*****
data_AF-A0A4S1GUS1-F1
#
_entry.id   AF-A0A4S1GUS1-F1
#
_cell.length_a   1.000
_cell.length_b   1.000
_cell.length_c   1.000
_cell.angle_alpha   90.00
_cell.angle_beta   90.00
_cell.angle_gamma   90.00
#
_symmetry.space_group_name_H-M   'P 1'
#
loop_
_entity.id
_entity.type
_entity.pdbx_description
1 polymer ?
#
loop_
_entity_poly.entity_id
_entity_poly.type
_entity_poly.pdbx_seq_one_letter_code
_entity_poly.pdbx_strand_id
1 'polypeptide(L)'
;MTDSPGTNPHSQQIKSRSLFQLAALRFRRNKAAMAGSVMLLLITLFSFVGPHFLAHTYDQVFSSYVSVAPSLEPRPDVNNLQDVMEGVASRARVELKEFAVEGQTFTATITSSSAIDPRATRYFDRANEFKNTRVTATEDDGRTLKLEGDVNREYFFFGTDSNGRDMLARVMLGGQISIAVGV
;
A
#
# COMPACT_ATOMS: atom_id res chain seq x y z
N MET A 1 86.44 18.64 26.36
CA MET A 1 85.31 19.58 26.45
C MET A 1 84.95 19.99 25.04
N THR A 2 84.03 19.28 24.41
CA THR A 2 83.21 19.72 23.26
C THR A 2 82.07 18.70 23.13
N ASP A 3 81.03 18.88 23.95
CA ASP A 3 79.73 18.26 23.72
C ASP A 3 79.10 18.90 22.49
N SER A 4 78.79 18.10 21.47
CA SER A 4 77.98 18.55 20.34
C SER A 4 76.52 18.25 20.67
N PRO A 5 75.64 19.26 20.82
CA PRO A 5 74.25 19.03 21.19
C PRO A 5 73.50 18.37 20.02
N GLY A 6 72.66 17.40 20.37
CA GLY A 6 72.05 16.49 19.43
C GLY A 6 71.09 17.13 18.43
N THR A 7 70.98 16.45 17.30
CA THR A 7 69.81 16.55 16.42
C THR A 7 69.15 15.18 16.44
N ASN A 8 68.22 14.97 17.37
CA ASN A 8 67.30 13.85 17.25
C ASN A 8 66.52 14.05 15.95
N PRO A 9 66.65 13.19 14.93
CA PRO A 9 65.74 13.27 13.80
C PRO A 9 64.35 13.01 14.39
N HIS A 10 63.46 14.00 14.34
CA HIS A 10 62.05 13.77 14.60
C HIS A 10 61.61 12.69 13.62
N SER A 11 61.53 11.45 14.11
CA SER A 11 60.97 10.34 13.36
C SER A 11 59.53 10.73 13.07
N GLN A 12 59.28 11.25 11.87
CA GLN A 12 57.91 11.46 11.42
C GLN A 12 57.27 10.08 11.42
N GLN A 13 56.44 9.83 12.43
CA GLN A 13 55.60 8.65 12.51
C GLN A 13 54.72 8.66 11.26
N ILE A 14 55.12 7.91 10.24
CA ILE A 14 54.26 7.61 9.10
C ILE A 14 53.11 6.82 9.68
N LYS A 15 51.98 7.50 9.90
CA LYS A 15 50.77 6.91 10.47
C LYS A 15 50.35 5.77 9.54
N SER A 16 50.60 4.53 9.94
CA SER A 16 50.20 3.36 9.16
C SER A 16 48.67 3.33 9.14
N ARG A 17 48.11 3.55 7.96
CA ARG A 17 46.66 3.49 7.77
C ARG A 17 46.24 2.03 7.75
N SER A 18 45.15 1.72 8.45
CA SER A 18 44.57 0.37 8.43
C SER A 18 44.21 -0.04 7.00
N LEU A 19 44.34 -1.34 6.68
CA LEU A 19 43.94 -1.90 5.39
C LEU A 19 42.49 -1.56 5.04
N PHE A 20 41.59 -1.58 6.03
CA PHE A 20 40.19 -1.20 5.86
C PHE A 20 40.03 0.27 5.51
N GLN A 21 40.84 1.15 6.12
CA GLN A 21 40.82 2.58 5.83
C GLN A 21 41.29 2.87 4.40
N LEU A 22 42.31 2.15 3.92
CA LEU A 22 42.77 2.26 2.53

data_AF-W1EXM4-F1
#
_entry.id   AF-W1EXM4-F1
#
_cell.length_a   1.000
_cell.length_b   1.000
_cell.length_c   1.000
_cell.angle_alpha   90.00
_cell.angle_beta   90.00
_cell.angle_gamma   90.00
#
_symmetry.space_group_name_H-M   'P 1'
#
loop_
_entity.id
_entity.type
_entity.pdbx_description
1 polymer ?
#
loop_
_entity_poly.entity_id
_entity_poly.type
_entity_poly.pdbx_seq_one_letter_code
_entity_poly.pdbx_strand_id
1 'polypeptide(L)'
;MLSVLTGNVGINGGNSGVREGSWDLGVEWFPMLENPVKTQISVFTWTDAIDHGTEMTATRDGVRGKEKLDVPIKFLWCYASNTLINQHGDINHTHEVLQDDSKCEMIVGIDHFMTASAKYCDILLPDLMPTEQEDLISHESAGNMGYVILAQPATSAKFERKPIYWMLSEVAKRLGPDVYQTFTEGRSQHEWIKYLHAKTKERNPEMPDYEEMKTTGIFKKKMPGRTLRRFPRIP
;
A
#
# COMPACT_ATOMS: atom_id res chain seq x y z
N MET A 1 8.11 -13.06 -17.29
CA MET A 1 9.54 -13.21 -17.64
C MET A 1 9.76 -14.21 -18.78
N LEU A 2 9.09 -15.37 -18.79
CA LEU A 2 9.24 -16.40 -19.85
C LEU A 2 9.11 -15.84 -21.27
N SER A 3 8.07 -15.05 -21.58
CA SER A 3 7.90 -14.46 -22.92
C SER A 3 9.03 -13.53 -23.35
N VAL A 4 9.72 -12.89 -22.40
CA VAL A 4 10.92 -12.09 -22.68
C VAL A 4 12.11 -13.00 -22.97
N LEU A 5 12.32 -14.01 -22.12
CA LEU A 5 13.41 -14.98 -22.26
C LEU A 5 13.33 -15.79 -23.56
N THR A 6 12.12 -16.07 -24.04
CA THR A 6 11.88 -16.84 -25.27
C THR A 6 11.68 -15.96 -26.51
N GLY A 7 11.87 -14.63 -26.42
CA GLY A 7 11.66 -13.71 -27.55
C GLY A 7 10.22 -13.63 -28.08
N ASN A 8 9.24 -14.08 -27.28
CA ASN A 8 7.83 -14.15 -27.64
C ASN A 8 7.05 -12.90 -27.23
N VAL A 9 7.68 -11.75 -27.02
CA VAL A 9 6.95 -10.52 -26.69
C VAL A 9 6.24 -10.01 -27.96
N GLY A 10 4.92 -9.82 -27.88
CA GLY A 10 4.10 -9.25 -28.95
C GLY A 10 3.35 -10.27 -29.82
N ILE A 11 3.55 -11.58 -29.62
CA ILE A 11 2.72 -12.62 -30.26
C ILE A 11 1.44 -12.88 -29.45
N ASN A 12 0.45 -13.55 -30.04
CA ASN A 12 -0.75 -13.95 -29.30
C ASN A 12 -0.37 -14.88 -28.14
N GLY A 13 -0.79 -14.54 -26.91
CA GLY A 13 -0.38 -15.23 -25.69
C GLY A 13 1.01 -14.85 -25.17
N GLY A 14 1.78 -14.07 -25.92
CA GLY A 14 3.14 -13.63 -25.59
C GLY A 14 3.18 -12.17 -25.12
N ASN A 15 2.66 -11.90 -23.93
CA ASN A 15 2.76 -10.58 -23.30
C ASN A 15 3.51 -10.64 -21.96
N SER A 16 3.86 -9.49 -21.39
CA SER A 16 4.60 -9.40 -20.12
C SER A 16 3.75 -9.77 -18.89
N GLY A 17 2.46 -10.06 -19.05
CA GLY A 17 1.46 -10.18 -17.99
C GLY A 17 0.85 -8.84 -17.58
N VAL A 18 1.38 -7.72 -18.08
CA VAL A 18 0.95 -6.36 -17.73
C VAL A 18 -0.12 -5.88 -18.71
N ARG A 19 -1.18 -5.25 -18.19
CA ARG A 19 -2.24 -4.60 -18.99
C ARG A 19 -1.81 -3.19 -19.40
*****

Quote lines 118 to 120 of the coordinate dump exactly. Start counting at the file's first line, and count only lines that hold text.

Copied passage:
_entity_poly.pdbx_seq_one_letter_code
_entity_poly.pdbx_strand_id
1 'polypeptide(L)'